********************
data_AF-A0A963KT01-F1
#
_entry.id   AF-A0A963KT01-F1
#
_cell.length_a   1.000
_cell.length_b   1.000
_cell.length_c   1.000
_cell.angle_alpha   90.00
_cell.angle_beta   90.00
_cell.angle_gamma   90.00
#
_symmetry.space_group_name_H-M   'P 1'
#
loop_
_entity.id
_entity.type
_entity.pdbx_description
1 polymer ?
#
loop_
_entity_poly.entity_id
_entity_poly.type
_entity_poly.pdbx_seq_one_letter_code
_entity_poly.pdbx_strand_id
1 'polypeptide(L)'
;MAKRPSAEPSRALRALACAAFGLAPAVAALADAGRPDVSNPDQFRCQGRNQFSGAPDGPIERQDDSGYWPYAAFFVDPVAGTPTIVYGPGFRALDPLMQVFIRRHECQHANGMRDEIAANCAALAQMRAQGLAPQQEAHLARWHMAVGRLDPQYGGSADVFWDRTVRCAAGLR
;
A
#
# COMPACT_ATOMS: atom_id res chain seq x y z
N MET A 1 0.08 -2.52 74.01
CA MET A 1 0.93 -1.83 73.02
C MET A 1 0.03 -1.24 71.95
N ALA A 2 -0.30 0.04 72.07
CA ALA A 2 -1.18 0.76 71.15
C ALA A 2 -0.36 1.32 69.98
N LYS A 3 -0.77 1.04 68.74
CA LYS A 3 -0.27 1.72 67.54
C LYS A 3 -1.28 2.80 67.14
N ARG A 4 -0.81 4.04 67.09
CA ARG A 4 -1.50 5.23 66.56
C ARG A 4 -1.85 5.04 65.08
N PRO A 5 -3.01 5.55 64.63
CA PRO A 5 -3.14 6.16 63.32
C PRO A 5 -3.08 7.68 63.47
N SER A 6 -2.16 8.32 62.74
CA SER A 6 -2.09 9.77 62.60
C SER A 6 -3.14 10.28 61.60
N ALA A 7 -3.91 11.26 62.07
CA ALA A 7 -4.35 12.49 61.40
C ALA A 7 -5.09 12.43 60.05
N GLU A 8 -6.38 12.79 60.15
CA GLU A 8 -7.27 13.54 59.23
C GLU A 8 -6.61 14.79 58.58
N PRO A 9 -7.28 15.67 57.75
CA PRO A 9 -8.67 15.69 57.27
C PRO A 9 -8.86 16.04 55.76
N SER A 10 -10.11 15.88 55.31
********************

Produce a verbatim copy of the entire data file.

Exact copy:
data_AF-A0A963KT01-F1
#
_entry.id   AF-A0A963KT01-F1
#
_cell.length_a   1.000
_cell.length_b   1.000
_cell.length_c   1.000
_cell.angle_alpha   90.00
_cell.angle_beta   90.00
_cell.angle_gamma   90.00
#
_symmetry.space_group_name_H-M   'P 1'
#
loop_
_entity.id
_entity.type
_entity.pdbx_description
1 polymer ?
#
loop_
_entity_poly.entity_id
_entity_poly.type
_entity_poly.pdbx_seq_one_letter_code
_entity_poly.pdbx_strand_id
1 'polypeptide(L)'
;MAKRPSAEPSRALRALACAAFGLAPAVAALADAGRPDVSNPDQFRCQGRNQFSGAPDGPIERQDDSGYWPYAAFFVDPVAGTPTIVYGPGFRALDPLMQVFIRRHECQHANGMRDEIAANCAALAQMRAQGLAPQQEAHLARWHMAVGRLDPQYGGSADVFWDRTVRCAAGLR
;
A
#
# COMPACT_ATOMS: atom_id res chain seq x y z
N MET A 1 0.08 -2.52 74.01
CA MET A 1 0.93 -1.83 73.02
C MET A 1 0.03 -1.24 71.95
N ALA A 2 -0.30 0.04 72.07
CA ALA A 2 -1.18 0.76 71.15
C ALA A 2 -0.36 1.32 69.98
N LYS A 3 -0.77 1.04 68.74
CA LYS A 3 -0.27 1.72 67.54
C LYS A 3 -1.28 2.80 67.14
N ARG A 4 -0.81 4.04 67.09
CA ARG A 4 -1.50 5.23 66.56
C ARG A 4 -1.85 5.04 65.08
N PRO A 5 -3.01 5.55 64.63
CA PRO A 5 -3.14 6.16 63.32
C PRO A 5 -3.08 7.68 63.47
N SER A 6 -2.16 8.32 62.74
CA SER A 6 -2.09 9.77 62.60
C SER A 6 -3.14 10.28 61.60
N ALA A 7 -3.91 11.26 62.07
CA ALA A 7 -4.35 12.49 61.40
C ALA A 7 -5.09 12.43 60.05
N GLU A 8 -6.38 12.79 60.15
CA GLU A 8 -7.27 13.54 59.23
C GLU A 8 -6.61 14.79 58.58
N PRO A 9 -7.28 15.67 57.75
CA PRO A 9 -8.67 15.69 57.27
C PRO A 9 -8.86 16.04 55.76
N SER A 10 -10.11 15.88 55.31